Georgia and Texas carried out 80 percent of the nation’s executions in 2016, according to a report released Thursday by the U.S. Bureau of Justice Statistics.
During 2016, five states executed 20 inmates. That total was the smallest number of executions since 1991, according to the report and eight fewer executions than the number carried out in 2015.
The national report on capital punishment trends focused on statistics covering 2014 and 2015.
At the end of 2015, 33 states and the Federal Bureau of Prisons held 2,881 inmates under sentence of death. That was 61 fewer prisons on death rows across the country than at the end of 2014.
The number of inmates under a death sentence nationally has declined for 15 years in a row, the report said. In 2015, there were 82 inmates across the country who were removed from death sentences by a means other than an execution.
While Georgia carried out the most executions last year, it doesn’t top the list for the number of people on death row.
At the end of 2015, California had 739 prisoners under sentence of death, followed by Florida with 390. Georgia ranked 11th nationally at the end of 2015, with 71 people sentenced to death.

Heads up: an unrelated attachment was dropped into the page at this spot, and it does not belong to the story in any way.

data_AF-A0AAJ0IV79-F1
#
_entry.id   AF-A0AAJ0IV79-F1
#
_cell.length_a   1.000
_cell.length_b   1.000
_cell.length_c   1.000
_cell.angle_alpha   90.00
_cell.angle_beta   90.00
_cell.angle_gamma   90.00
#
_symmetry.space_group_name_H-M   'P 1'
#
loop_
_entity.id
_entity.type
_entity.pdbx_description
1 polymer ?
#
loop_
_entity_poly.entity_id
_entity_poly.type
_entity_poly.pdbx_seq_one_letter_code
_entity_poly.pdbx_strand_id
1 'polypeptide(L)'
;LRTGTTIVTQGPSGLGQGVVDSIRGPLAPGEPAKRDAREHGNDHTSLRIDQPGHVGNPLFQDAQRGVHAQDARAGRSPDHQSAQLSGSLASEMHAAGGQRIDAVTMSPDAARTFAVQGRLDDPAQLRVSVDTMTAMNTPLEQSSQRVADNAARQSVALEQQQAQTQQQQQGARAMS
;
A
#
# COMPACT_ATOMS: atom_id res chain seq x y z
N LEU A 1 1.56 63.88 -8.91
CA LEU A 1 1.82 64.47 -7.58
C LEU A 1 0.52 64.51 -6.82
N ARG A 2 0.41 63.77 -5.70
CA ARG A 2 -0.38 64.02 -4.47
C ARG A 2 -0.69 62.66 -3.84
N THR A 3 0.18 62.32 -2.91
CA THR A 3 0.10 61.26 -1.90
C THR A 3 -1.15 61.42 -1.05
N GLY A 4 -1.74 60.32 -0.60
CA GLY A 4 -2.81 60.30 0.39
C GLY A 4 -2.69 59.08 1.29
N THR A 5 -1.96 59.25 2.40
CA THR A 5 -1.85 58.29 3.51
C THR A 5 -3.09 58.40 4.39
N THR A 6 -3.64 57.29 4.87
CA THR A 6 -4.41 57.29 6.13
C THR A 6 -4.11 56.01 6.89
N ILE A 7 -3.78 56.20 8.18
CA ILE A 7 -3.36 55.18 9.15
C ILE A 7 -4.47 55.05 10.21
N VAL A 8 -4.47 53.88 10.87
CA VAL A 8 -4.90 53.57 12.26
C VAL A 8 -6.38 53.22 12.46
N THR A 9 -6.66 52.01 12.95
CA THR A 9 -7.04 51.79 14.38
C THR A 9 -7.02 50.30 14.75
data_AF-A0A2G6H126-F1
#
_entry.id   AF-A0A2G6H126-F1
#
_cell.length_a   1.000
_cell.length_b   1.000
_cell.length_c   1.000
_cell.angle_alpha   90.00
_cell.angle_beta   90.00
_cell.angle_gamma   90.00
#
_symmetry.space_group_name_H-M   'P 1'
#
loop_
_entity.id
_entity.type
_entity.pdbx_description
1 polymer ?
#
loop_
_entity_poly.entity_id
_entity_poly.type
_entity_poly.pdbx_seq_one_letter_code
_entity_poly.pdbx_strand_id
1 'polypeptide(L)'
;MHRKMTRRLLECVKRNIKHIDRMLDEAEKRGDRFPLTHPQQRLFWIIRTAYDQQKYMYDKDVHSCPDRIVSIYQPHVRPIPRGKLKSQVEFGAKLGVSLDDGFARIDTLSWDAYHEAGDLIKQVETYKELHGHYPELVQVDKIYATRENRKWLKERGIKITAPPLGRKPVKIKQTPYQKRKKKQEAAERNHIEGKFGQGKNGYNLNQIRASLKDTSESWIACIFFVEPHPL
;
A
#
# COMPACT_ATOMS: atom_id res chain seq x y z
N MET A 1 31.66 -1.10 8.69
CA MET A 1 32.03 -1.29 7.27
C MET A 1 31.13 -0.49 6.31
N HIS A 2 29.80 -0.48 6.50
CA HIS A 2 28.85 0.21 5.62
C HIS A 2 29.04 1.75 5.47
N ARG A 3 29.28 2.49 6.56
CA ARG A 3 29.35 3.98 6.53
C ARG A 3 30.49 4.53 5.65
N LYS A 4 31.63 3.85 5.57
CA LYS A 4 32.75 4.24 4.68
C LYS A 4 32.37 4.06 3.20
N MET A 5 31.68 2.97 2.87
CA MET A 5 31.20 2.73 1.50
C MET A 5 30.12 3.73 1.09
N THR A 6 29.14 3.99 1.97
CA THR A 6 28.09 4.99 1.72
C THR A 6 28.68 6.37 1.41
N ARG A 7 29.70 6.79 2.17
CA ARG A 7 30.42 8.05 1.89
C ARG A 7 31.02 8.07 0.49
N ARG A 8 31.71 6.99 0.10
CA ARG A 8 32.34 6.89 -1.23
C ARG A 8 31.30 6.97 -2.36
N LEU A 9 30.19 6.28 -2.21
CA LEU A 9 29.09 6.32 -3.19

Georgia is scheduled to carry out another execution this month. J.W. Ledford is scheduled to die on May 16.
At the end of 2015, 15 states and the District of Columbia did not have the death penalty. Other states are phasing it out by allowing no death sentences after certain dates.
Here are the jurisdictions without the death penalty in 2015: Alaska, District of Columbia, Hawaii, Illinois, Iowa, Maine, Maryland, Massachusetts, Michigan, Minnesota, New Jersey, North Dakota, Rhode Island, Vermont, West Virginia, Wisconsin.